In 1942, State Representative DeLesseps Story Morrison, later the mayor of New Orleans, introduced Jones's proposal for a volunteer state guard. One of the five opponents of the bill, T. C. Brister, then a freshman member from Pineville in Rapides Parish, explained that he opposed the measure not because of opposition to the Jones administration but because he believed that the Federal Bureau of Investigation was better suited for handling such wartime security issues.
Jones tapped as state House Speaker the returning State Representative Ralph Norman Bauer of St. Mary Parish, who had in 1929 with Cecil Morgan of Shreveport, led the impeachment forces against Huey Long on charges of abuses of power.
Jones was barred from succeeding himself as governor, and therefore (see Louisiana gubernatorial election, 1944) was succeeded in 1944 by another anti-Long candidate, Jimmie Houston Davis. Coincidentally, Jones and Davis shared the middle name "Houston."
Jones supported highway beautification and preservation of plants and wildlife. His administration hired the Louisiana botanist and naturalist Caroline Dormon of Natchitoches Parish as a consultant for the Louisiana Highway Department.
After the governorship
Jones attempted a gubernatorial comeback in the 1947–1948 election cycle. He assembled an intraparty slate, including the incumbent Lieutenant Governor J. Emile Verret of New Iberia, who failed in a bid for reelection against Long's choice, Bill Dodd. Fred S. LeBlanc, former mayor of Baton Rouge ran on the Jones slate for attorney general; also D. Ross Banister of Monroe, Louisiana ran for state auditor and Grady Durham for secretary of state on the Jones slate. Dave L. Pearce of West Carroll Parish ran for agriculture commissioner on the Jones slate; so did Ellen Bryan Moore as a candidate for register of state lands, who unsuccessfully opposed the incumbent Lucille May Grace. Shelby M. Jackson, the successful candidate for state education superintendent against John E. Coxe, also allied himself with Jones.
Jones and Earl Long led in the primary and hence entered a gubernatorial runoff in which Long handily defeated Jones, 432,528 votes (65.9 percent) to 223,971 ballots (34.1 percent). Other candidates eliminated in the primary were later Governor Robert F. Kennon of Minden and U.S. Representative James H. Morrison of Hammond.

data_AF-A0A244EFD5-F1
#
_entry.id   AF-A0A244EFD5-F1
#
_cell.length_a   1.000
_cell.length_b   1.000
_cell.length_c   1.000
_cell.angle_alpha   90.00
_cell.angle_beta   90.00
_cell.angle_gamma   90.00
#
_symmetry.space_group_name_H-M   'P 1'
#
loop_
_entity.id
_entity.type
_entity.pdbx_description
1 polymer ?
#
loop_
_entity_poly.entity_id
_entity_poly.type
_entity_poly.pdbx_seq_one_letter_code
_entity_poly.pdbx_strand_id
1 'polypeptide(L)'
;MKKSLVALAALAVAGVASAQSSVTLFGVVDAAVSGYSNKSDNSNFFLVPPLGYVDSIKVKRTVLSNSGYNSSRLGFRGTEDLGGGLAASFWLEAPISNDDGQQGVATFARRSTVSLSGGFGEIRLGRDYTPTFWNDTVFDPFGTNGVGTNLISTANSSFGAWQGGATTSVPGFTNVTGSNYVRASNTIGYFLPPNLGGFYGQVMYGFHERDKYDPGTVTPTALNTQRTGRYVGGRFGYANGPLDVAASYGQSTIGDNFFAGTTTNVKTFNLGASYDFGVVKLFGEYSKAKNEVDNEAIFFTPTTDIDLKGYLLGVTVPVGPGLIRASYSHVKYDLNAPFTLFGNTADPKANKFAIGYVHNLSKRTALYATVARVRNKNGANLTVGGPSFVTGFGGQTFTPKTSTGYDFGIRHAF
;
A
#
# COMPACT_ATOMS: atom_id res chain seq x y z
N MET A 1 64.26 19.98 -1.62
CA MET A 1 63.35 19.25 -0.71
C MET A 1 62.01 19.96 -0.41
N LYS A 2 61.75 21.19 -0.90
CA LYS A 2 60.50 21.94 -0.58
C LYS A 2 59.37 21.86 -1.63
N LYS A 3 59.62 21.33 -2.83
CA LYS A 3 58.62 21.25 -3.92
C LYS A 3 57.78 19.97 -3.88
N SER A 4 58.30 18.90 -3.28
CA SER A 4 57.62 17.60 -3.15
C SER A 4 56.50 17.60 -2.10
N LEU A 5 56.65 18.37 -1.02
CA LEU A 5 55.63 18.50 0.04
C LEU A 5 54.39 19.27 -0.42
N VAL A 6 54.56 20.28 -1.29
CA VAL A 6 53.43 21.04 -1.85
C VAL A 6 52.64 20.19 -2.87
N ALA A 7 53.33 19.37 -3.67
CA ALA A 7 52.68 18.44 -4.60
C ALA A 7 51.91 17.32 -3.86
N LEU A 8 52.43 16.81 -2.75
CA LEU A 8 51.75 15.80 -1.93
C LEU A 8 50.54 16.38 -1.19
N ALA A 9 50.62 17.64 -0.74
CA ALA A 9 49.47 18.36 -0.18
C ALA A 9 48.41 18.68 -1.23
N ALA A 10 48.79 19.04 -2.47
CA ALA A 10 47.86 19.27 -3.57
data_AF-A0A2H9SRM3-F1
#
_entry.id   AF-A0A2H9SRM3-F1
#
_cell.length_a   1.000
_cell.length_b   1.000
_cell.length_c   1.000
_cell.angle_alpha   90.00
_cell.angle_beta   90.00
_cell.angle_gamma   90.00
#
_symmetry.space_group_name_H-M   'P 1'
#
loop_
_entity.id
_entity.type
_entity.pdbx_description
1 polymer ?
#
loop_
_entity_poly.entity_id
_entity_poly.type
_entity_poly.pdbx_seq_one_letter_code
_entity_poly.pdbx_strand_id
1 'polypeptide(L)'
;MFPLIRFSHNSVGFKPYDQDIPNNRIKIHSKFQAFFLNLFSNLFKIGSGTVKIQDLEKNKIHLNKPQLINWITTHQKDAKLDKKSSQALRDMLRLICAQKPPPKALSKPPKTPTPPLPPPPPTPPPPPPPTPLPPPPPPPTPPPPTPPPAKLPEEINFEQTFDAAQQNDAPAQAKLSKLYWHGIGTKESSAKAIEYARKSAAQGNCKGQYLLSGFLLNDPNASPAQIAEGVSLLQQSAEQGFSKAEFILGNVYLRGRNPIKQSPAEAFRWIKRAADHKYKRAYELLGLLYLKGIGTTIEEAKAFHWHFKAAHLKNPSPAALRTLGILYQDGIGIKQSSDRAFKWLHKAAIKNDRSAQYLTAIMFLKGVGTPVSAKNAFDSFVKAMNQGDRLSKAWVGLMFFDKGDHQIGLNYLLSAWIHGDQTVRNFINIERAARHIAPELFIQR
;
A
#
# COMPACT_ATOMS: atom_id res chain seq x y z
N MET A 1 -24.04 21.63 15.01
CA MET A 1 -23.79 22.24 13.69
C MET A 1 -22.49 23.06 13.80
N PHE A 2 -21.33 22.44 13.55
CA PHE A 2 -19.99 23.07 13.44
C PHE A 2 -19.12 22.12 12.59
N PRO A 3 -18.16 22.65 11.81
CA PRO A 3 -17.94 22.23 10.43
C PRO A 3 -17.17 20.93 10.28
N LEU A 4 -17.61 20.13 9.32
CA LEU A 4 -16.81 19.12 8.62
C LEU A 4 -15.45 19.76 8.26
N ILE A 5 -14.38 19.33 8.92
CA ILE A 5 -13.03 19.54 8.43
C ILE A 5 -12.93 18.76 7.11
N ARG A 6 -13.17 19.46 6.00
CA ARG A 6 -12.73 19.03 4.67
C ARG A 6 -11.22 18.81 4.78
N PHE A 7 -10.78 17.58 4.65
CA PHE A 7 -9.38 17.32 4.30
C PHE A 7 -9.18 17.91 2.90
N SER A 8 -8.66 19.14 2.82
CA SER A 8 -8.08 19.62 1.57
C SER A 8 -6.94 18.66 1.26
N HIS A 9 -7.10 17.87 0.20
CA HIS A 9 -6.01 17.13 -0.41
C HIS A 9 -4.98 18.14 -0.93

Jones hence returned to Lake Charles to practice law, but he remained a politically prominent member of the anti-Long faction throughout the 1950s. In 1964, Jones endorsed the Republican presidential nominee, Senator Barry M. Goldwater of Arizona, who won Louisiana's ten electoral votes. Jones said that he would remain a Democrat so that he could vote in pivotal Louisiana Democratic primaries—this was before the adoption of the Louisiana nonpartisan blanket primary—but that overall he was disillusioned with his ancestral party.
Jones' son, Bob Jones of Lake Charles, served as a Democrat in the Louisiana House of Representatives (1968–1972 and the state Senate (1972–1976). Like his father, he was considered a political reformer. In 1975, the younger Jones ran in the first of the nonpartisan blanket primaries for governor. He polled 292,220 votes (24.3 percent), a considerable portion from Republicans, but he lost to Democratic incumbent Edwin Washington Edwards, who had 750,107 (62.4 percent). Another candidate, Secretary of State Wade O. Martin, Jr., drew 146,368 votes (12.2 percent). Later, both Robert Jones and Wade Martin became Republicans. Bob Jones and his son, Sam Houston Jones, II, named for his grandfather, are Lake Charles stockbrokers.
Governor and Mrs. Jones are interred at Prien Memorial Park Cemetery in Lake Charles. They were Methodists.
- "Dunbar, Charles E.". A Dictionary of Louisiana Biography (lahistory.org). Retrieved December 16, 2010.
- "A Historical Sketch of the Louisiana State Archives". sos.la.gov. Retrieved October 1, 2013.
- Jerry Purvis Sanson. Baton Rouge, Louisiana: Louisiana State University Press. 1999. pp. 83, 84, 88. ISBN 0-8071-2308-0. Retrieved October 28, 2014.
- Jerry Sanson, Louisiana During World War II: Politics and Society, 1939-1945, pp. 60-62
- Jerry Sanson, Louisiana During World War II: Politics and Society, 1939-1945, pp. 87-88
- Louisiana's state constitution at the time barred successive terms as governor; the limit was changed to two successive terms by constitutional amendment, effective with the general election held on February 6, 1968.
- Minden Herald, January 16, 1948, p. 2
- Conrad, Glenn R. (1988) A Dictionary of Louisiana Biography. Louisiana Historical Association.
- Davis, Edwin Adams (1961) Louisiana: The Pelican State. Baton Rouge: Louisiana State University Press. LCCN 59:9008.
- Hathorn, Billy (1980), "The Republican Party in Louisiana, 1920–1980," Northwestern State University at Natchitoches thesis.
- Jeansonne, Glen, "Sam Houston Jones and the Revolution of 1940." Red River Valley Historical Review 4 (1979).
- Reeves, Miriam G. (1998), The Governors of Louisiana. Gretna: Pelican Publishing.
- Sanson, Jerry Purvis. "Sam Jones, Jimmie Noe, and the Reform Alliance, 1940–1942" Louisiana History 27 (1986).
Earl K. Long
|Governor of Louisiana